Summary Doctoraalscriptie

The Function of Moses' Prayer in Numbers 11:4-35
Doctoral thesis Ilonka Terlouw, May 2007

This thesis poses the question after the function of the prayer of Moses in pericope of Numbers 11:4-35. In the prayer of Numbers 11:11-15 Moses is strong, emotional and personal in his accusations of YHWH. Several exegetes have even dared to say that the prayer pictures Moses as anti-prophet: he does not want to lead the people anymore and does not intercede for them. What is its function within the structure of Numbers 11:4-35?

This thesis thus tries to find out what the reason of this prayer is, what the main point of this prayer is and what its results are. To determine the function of this prayer within the structure of Numbers 11:4-35, a synchronic approach has been chosen. The goal of this synchronic approach is to analyze and describe the main narrative program of Numbers 11:4-35. This main narrative program is the abstract structure that reveals the coherence of the textual composition of Numbers 11:4-35. This structure is made up of interconnected concepts that stand behind the textual composition of the pericope. The conceptual approach adopted in this thesis is a combination of the method of W. W. Lee and M. Bal. W. W. Lee focuses on texts as conceptual entities, M. Bal focuses much more on the way the events that form the basis of the textual composition are connected.

The first chapter gives a textual analysis in which both lingual and narrative aspects of the text (according to Talstra's method of close reading, supplemented by Bal's narrative method) are analyzed. The second chapter approaches the text of Numbers 11:4-35 by an analysis of its context. In this second chapter the wilderness' journey, the book of Numbers and several comparable murmuring stories are compared to Numbers 11:4-35. In the third chapter a conceptual structure of Numbers 11:4-35 is given.

The textual structure of Numbers 11:4-35 (Ch. 1) gives a clear view of the main story line of the periscope. In this storyline the Israelites are confronted with YHWHs anger; Moses plays a neglectable role. Moses instead plays an important role in the embedded text (his prayer v.11ff and YHWHs reaction v.16ff). This prayer of Moses (vv. 11-15) is though clearly connected to and depended on the anger that Moses expresses in the primary story text of verse 10c, which is in turn depended on YHWHs anger in 10b. Moses' prayer is thus a reaction to YHWHs anger. In his prayer he summons YHWH to pay attention to his own people, instead of to leave it all to Moses' care.

In addition to the textual analyses the comparative analyses of the second chapter pointed towards the importance of the theme of YHWHs presence in the midst of the Israelites. After breaking up from Sinai, the people form a congregation whose identity is determined by the presence of YHWH. The book of Numbers focuses on this same theme by extensively describing the people with the tabernacle in their midst in the chapters 1-10. All of the chapters are a prelude to the migration to the promised land that the people is going to undertake. The presence of YHWH will lead them there.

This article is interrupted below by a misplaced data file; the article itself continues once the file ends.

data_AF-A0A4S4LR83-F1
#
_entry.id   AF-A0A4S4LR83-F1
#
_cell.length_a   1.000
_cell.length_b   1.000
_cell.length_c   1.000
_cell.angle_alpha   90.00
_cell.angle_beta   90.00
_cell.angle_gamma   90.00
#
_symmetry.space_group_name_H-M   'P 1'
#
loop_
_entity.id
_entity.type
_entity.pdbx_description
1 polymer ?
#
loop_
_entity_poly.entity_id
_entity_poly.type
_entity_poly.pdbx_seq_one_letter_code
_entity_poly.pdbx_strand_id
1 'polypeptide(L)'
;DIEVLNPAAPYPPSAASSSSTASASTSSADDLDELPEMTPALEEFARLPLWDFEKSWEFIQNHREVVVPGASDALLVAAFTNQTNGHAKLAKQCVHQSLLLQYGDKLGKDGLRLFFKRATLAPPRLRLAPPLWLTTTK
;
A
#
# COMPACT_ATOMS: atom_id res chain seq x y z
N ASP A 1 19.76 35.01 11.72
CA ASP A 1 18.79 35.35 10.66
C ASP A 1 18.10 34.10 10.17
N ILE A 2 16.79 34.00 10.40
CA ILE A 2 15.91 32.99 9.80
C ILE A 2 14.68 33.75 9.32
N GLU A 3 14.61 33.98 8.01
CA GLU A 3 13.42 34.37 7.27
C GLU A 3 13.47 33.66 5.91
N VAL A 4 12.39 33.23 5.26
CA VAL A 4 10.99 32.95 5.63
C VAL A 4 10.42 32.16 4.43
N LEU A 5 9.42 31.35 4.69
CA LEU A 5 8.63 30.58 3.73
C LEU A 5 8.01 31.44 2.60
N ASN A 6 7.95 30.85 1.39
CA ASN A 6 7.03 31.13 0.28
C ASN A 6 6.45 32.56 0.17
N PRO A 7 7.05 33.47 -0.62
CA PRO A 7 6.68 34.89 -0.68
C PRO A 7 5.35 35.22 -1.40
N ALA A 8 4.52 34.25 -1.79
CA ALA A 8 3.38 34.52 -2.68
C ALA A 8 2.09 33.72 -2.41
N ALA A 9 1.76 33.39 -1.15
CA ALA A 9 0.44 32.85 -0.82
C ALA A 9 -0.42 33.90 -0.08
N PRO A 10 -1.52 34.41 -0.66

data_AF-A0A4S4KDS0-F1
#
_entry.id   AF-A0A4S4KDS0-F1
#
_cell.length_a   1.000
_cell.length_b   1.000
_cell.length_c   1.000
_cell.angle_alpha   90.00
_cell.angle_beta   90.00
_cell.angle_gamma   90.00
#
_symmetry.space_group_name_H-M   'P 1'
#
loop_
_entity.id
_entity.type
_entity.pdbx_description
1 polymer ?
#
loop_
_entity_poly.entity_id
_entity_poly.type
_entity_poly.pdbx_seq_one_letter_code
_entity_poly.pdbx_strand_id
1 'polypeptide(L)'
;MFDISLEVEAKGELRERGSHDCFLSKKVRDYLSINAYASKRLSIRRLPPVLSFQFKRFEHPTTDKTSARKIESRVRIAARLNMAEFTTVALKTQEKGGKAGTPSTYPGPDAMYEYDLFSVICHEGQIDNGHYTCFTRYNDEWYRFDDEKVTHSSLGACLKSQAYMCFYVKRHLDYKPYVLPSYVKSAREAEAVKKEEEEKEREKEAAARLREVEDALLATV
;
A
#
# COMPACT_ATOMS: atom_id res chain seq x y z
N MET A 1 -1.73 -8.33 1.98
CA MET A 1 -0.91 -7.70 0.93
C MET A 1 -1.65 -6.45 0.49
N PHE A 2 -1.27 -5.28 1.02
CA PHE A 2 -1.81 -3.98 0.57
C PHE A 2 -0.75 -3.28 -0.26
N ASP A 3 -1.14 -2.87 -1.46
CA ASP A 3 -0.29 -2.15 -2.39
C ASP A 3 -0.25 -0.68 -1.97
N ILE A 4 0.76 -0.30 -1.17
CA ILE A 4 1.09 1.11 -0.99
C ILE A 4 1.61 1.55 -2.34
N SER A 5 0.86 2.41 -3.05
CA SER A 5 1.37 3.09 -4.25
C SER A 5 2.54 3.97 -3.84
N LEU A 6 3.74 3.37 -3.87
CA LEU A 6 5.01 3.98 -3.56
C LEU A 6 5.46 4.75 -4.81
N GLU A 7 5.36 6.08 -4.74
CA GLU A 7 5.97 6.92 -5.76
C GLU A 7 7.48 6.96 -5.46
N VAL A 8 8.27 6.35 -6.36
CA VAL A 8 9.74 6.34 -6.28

It is especially this desire of YHWH to lead the people to the promised land that forms the main intention of YHWH. This is the main program of Numbers 11:4-35. In Numbers 11 the people are YHWHs opponents. By sitting down and crying they are not paying attention to the presence of YHWH but instead towards this rabble, this collected people in the midst of them (v. 4a-c). This rejection of YHWH is the generative concept of the pericope around which the other events revolve. Because of this rejection, YHWH rejects the people: His anger burns and he does not want to lead them anymore (cf. Ex. 33).

Moses in his prayer stands up against this anger of YHWH. As the anger of YHWH is turned against the people, his prayer against the anger of YHWH will be beneficial for the people. Moses accuses God that he has left him alone to bear the burden of the people. To be abandoned by God, just after the immense impressive revelation on the mountain, the theophany of Exodus 33 and the erection of the tabernacle is too much too bear. It brings Moses to one of his most desperate prayers. As a reaction to this prayer YHWH reveals his presence in the midst of his beloved people, both by means of the division of the spirit who is on Moses as by giving his spirit to Eldad and Medad in the camp. By this last embedded story concerning Eldad and Medad, Moses (and the reader) himself sees the real situation of the people: they are not in need of meat, but of the spirit. This spirit, the presence of YHWH (also by means of the 70 elders), will lead the people to the promised land. Thus, by the prayer of Moses both Moses and the reader has gained insight. 

The prayer of Moses is also functional for the primary story line, as it forms the opponent of the anger of YHWH who does not want to bear the people any longer. Because of the prayer, the anger of YHWH is turned around. Instead of being a treat to the people (by abandoning them), it becomes the instrument by which YHWH wins his position back in the midst of the people. YHWHs opponents are killed and instead another group of leaders on whom the spirit of YHWH himself rests is formed to lead the people. The people can resume the journey to the promised land.   

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